So why do people cheat? According to experts, it’s because an affair is forbidden and exciting in a way domesticity may not be.
Plus, in the age of the Internet, affairs are easier than ever. “There are so many easy paths to infidelity these days,” notes Manhattan-based marriage and couples therapist Irina Firstein. “And once an affair happens, even if the offender swears it’s a one-time thing, it can definitely create a lot of uncertainty and mistrust in the partner.”
Abiola Abrams, a Harlem resident in her 40s, agrees. The author of “The Sacred Bombshell Handbook of Self-Love,” Abrams was cheated on by a former partner numerous times before she decided to leave.
“There’s no [woman] so magical and spectacular to make a man honest and trustworthy, but I was so blinded by love I didn’t realize that when I was involved with [a cheater],” says Abrams. “And the distrust doesn’t go away. After being involved with a cheater, you see everyone as a liar, and you have to do a lot of work on yourself to change your worldview.”
That’s what happened to Cline, who went to therapy with her cheating partner before they mutually decided to part ways. She was furious when her ex married just eight months later, while she struggled with a confidence crisis that lasted almost five years.
“I couldn’t trust anyone,” says Cline. “I would go on a date, see two empty wine glasses on the counter, and immediately assume he was seeing someone else on the side.”
Now married, Cline trusts her husband implicitly, but says getting there took a lot of work. “When you’ve been with a cheater, you bring the cheater into all of your relationships until you can make the decision to trust again.”
But cheaters themselves say that change may be possible — though it can be costly, both emotionally and financially. Serial playboy and “The Game” author Neil Strauss says he’s now completely faithful to his wife, Ingrid, but says it took years of therapy to get to that point.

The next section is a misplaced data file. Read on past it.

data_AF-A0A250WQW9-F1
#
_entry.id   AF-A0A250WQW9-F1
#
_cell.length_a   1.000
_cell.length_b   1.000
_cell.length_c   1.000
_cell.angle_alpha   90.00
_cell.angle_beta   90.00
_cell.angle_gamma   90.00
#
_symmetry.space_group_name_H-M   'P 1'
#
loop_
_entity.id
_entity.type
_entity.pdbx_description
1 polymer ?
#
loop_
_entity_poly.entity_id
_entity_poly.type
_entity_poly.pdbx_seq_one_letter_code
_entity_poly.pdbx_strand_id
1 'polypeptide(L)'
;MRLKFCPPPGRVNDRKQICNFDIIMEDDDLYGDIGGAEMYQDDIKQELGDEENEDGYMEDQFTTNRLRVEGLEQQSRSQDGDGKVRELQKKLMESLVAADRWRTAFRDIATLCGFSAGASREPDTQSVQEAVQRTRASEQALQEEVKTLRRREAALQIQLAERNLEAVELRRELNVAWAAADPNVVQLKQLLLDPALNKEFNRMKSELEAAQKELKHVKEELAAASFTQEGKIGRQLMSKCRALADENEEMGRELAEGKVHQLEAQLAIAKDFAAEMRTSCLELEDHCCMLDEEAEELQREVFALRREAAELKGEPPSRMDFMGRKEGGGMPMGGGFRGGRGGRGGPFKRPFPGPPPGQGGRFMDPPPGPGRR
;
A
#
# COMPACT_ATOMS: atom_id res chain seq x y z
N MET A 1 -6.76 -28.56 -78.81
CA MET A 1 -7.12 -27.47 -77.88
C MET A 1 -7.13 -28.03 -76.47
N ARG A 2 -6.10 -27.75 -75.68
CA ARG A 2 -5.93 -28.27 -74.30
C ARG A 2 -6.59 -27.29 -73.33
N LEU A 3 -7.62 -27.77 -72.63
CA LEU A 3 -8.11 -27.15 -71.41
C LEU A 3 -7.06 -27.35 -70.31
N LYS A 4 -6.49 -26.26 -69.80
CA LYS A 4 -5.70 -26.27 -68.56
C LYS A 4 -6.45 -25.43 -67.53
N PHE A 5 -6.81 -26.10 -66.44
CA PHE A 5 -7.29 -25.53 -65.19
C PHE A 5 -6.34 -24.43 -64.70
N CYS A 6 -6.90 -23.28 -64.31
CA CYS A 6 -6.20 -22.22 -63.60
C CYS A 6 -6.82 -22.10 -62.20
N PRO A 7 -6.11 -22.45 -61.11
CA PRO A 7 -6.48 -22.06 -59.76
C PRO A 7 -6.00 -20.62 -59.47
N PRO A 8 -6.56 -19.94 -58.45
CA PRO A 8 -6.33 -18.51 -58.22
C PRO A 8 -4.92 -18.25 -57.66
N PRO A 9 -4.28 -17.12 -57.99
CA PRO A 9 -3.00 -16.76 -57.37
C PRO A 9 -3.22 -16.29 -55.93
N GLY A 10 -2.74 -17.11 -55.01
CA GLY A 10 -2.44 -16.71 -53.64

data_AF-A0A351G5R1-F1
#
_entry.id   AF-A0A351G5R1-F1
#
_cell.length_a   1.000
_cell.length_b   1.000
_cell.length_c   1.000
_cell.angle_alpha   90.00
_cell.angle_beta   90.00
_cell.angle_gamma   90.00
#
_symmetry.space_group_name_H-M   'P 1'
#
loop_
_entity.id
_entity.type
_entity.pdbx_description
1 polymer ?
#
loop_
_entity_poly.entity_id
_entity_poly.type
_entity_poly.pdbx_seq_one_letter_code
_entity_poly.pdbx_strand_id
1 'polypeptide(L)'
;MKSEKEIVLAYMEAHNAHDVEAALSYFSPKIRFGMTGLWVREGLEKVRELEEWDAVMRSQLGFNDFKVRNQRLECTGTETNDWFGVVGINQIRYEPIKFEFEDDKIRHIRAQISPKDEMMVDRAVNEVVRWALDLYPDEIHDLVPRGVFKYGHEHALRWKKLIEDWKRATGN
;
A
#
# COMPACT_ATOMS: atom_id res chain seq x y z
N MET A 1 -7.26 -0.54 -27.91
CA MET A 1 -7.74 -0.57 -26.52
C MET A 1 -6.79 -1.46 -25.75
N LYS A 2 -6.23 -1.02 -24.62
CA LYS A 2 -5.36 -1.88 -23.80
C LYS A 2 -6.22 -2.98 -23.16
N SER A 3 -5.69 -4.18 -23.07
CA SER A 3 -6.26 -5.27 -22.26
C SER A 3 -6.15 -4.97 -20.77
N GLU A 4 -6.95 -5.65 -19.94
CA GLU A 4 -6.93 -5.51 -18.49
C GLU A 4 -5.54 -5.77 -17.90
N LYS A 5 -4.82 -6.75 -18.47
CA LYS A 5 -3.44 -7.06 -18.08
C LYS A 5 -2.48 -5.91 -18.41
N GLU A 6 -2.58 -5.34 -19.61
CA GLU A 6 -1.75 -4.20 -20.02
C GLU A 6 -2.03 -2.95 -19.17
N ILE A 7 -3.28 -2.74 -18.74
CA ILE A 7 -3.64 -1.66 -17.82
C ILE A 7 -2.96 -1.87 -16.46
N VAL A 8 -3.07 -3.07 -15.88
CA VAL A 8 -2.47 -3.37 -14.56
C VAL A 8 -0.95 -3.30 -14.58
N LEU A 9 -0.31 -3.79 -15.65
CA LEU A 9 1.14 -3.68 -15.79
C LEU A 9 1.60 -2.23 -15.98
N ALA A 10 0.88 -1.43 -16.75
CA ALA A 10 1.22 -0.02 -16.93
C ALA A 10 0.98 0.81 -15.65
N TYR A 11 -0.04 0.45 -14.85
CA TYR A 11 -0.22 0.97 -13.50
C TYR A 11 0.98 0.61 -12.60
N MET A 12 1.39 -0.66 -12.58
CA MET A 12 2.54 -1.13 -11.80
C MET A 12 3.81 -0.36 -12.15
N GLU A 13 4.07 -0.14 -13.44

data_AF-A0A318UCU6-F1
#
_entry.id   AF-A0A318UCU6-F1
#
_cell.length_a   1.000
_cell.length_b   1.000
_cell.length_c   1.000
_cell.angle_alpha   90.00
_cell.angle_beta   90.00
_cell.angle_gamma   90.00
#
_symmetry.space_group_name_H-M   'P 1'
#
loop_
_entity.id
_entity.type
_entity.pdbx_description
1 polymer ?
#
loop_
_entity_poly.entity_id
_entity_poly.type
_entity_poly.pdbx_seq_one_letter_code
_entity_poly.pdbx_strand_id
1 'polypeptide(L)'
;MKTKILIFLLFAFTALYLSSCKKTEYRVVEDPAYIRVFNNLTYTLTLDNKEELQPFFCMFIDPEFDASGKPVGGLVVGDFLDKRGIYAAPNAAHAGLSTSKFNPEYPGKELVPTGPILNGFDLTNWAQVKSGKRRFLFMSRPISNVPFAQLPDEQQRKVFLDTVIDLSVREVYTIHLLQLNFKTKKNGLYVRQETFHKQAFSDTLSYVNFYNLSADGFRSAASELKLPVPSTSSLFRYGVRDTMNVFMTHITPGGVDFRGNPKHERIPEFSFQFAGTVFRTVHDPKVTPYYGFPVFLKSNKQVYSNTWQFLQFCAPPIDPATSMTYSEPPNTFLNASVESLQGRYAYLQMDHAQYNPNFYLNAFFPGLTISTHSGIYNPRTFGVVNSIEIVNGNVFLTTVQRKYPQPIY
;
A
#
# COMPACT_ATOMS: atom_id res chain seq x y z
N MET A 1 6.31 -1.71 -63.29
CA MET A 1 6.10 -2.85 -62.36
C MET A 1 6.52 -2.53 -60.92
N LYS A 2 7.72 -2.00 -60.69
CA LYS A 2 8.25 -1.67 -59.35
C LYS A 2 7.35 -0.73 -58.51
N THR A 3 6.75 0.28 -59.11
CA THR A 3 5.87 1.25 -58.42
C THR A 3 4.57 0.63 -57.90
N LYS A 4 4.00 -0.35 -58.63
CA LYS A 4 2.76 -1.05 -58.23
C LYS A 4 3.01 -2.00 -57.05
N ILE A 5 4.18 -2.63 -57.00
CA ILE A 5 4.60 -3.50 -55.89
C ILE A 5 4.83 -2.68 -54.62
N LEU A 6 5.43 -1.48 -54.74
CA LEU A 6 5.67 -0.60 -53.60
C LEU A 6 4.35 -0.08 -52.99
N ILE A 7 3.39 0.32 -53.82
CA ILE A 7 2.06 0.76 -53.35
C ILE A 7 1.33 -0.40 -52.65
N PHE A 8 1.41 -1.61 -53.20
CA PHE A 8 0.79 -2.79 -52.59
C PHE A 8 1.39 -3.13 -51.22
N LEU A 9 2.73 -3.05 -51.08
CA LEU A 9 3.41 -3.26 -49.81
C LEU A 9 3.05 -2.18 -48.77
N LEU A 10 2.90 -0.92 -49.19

“For any man or woman who finds themselves cheating, I’d say check yourself into a recovery center ASAP,” says Strauss, who chronicled his climb back to fidelity in “The Truth: An Uncomfortable Book About Relationships.”
Strauss entered rehab for sex addiction in 2011, and a weeklong stint of intensive psychotherapy helped him see that his cheating was rooted in childhood patterns. “A lot of times, cheating has nothing to do with your partner and everything to do with who you are as a person,” he says.
Once Strauss and his wife made the decision to get back together, Strauss gave her all his online passwords, kept his phone unlocked in the house, and promised he would immediately answer any calls or texts from her when he was outside the house. The short leash was essential in regaining trust, and is a system the two still use, even years after treatment.
As for those who are blaming karma for Jolie’s predicament, JJ isn’t convinced that she’s the one to blame for Pitt and Aniston’s demise.
“My partner cheated on me after I cheated with him, but nobody blames me, not even his ex-wife,” she says.
“Like Brad, he’s a sad little person who can’t be alone for a nanosecond. He’s a disgusting pig.”